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That Old Lighthouse’s sound is as much a familiar one as it is distinctly unique. Their passionate debut album, ‘Learning To Live With Less’, is filled-to-bursting with catchy hooks, emotive alt-indie-emo-folk sequences and quirky yet energetic vocals.

Photo Credit: Jade Ashley Yong (Press Images) | Antonis Tsioulis (Cover Art)

Learning To Live With Less, was written over the course of a couple of months at the start of the lockdown in April, 2020. It sat in demo form for a year, as Ashley started working full-time in care and had no idea what was going to happen to the music industry. In 2021, That Old Quiet Lighthouse began tweaking things and laid down the drums and bass, but it wasn’t until 2022 when he quit his job in care to rejoin the music industry full-time when Ashley felt that he had the headspace and the inspiration to complete this debut album.

“It’s a break-up album, fuelled by the isolation and despair the first lockdown caused. But its focus is more on framing memories in a positive light, and coming to terms with the emptiness moving on can have initially. Song meanings for me usually come after the song is written; I don’t usually have a conscious thing I wish to express, I just write what feels natural and its meaning becomes apparent after the fact. It’s an album of grief, but also an album of love and appreciation for life - bittersweet as it is.” - That Old Quiet Lighthouse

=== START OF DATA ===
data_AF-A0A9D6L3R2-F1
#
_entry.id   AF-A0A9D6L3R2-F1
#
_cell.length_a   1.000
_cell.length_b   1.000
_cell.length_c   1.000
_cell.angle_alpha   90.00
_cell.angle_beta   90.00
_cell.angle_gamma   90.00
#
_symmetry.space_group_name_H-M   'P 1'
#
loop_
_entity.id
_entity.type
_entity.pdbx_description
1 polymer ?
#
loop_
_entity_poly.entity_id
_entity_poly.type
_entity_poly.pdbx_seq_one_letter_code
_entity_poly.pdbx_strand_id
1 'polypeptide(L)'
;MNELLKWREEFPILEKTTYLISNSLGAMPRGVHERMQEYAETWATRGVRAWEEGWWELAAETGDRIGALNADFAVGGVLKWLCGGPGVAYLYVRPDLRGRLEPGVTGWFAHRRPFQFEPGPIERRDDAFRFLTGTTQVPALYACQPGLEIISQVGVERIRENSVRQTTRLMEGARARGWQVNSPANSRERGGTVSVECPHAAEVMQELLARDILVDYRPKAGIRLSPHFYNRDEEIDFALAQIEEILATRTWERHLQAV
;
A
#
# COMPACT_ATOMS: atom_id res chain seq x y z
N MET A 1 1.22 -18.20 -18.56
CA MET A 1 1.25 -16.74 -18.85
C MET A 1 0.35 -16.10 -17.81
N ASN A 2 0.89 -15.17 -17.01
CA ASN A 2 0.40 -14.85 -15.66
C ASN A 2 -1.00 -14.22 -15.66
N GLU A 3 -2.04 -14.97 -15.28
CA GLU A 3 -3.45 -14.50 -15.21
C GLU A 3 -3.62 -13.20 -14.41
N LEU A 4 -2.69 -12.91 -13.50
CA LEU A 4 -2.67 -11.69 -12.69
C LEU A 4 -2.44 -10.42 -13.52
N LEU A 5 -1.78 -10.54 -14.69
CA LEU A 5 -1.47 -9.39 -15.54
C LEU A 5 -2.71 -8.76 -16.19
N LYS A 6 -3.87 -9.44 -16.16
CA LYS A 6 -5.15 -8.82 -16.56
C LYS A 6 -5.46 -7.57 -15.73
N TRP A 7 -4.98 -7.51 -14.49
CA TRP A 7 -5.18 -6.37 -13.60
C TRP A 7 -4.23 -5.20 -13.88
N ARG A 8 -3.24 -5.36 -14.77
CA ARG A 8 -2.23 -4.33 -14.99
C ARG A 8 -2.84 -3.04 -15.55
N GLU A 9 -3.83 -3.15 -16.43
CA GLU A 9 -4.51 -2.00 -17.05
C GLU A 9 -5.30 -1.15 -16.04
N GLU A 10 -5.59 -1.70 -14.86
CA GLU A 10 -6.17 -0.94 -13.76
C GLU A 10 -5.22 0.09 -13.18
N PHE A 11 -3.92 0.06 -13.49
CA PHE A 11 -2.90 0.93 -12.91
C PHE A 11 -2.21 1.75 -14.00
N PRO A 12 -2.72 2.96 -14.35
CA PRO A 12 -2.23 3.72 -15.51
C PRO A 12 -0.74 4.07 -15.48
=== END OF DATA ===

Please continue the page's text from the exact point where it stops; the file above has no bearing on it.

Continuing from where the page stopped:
Learning To Live With Less, sees That Old Quiet Lighthouse continue with their commitment to putting the emo back in wholesome (it’s in there somewhere), weaving the keen and emotionally charged lyricism of Pinegrove through the bittersweet textures of Alex G, with a pinch of Big Thief’s passionate instrumental virtuosity for good measure.

The nine-track offering is in equal parts an ode to life, equal parts proof of concept that wholesome emo isn't just a paradox. Written in the aftermath of a break up, and at the start of the COVID-19 pandemic, it deals with coming of age, learning to let go and framing memories and loss in a more positive light. As debut albums go, this is an ambitious one. Packed to the brim with musical variety; multiple featured singers, violin, synths, cello, guitar and bass solos - you name it, there’s a seventy percent chance it’s in here.

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